Tuesday, December 16, 2008

Ozymandias’ and The Shoe

I met a traveller from an antique land
Who said: Two vast and trunkless legs of stone
Stand in the desert. Near them on the sand,
Half sunk, a shatter'd visage lies, whose frown
And wrinkled lip and sneer of cold command
Tell that its sculptor well those passions read
Which yet survive, stamp'd on these lifeless things,
The hand that mock'd them and the heart that fed.
And on the pedestal these words appear:
"My name is Ozymandias, king of kings:
Look on my works, ye Mighty, and despair!"
Nothing beside remains: round the decay
Of that colossal wreck, boundless and bare,
The lone and level sands stretch far away.

Ozymandias, by Percy B. Shelley, is one of my favorite poems. I can’t help think of it while reading The Limits of Power, by Andrew J. Bacevich. Shelley summarizes Bacevich’s book in fourteen lines, but I still recommend the book. It took several thousand years of decay to show how futile was the narcissistic and vainglorious gloating of Ramesses the Great. It took only eight years of Bush to show how narcissistic and vain is twenty to thirty years of American hubris. Now, in his last days in office, Bush is attempting to rewrite his place in history through a series of interviews. How appropriate it is that a shoe will be its exclamation point!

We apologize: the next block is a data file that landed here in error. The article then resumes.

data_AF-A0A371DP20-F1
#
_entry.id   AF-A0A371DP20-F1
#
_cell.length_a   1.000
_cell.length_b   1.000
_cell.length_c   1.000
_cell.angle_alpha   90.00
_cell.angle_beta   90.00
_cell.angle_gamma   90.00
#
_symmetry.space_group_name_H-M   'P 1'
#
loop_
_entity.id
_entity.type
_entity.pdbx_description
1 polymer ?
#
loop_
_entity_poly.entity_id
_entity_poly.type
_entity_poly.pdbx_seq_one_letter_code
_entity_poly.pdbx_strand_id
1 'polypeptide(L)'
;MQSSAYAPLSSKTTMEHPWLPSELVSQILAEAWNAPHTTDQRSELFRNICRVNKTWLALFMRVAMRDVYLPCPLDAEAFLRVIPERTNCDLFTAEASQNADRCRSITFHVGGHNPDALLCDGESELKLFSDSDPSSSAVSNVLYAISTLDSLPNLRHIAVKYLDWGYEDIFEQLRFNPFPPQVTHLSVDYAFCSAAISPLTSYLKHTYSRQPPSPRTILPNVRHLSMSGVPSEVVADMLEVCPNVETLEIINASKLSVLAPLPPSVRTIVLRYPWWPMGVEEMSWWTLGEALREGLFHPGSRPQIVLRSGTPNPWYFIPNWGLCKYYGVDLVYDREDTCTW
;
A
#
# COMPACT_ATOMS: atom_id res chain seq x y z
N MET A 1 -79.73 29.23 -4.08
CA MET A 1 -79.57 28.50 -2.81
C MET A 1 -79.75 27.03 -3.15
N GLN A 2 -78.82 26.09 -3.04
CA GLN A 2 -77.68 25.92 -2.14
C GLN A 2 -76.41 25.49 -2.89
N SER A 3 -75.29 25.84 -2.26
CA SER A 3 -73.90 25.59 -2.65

It's too bad that The Shoe is also an accurate statement on America's behavior. But, that won't matter; we will miss the point anyway.

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